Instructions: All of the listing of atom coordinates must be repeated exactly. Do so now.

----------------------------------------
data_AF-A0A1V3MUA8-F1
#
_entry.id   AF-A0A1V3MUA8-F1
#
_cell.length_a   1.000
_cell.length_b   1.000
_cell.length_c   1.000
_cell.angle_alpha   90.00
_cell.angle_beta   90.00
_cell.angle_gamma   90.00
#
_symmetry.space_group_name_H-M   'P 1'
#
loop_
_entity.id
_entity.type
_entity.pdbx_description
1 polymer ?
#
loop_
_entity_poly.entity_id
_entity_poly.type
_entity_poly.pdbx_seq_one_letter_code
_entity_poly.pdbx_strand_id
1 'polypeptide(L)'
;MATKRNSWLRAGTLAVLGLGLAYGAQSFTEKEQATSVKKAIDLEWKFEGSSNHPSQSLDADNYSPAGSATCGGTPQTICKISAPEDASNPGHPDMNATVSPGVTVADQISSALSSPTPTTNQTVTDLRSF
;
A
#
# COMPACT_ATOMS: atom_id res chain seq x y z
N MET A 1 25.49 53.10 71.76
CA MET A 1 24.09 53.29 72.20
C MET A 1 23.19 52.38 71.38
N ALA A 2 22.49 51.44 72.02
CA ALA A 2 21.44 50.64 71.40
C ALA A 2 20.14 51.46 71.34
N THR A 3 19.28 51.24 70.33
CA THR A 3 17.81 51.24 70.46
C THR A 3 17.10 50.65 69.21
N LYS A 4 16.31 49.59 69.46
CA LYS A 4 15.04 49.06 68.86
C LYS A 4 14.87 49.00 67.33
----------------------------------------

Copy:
data_AF-A0A1V3MUA8-F1
#
_entry.id   AF-A0A1V3MUA8-F1
#
_cell.length_a   1.000
_cell.length_b   1.000
_cell.length_c   1.000
_cell.angle_alpha   90.00
_cell.angle_beta   90.00
_cell.angle_gamma   90.00
#
_symmetry.space_group_name_H-M   'P 1'
#
loop_
_entity.id
_entity.type
_entity.pdbx_description
1 polymer ?
#
loop_
_entity_poly.entity_id
_entity_poly.type
_entity_poly.pdbx_seq_one_letter_code
_entity_poly.pdbx_strand_id
1 'polypeptide(L)'
;MATKRNSWLRAGTLAVLGLGLAYGAQSFTEKEQATSVKKAIDLEWKFEGSSNHPSQSLDADNYSPAGSATCGGTPQTICKISAPEDASNPGHPDMNATVSPGVTVADQISSALSSPTPTTNQTVTDLRSF
;
A
#
# COMPACT_ATOMS: atom_id res chain seq x y z
N MET A 1 25.49 53.10 71.76
CA MET A 1 24.09 53.29 72.20
C MET A 1 23.19 52.38 71.38
N ALA A 2 22.49 51.44 72.02
CA ALA A 2 21.44 50.64 71.40
C ALA A 2 20.14 51.46 71.34
N THR A 3 19.28 51.24 70.33
CA THR A 3 17.81 51.24 70.46
C THR A 3 17.10 50.65 69.21
N LYS A 4 16.31 49.59 69.46
CA LYS A 4 15.04 49.06 68.86
C LYS A 4 14.87 49.00 67.33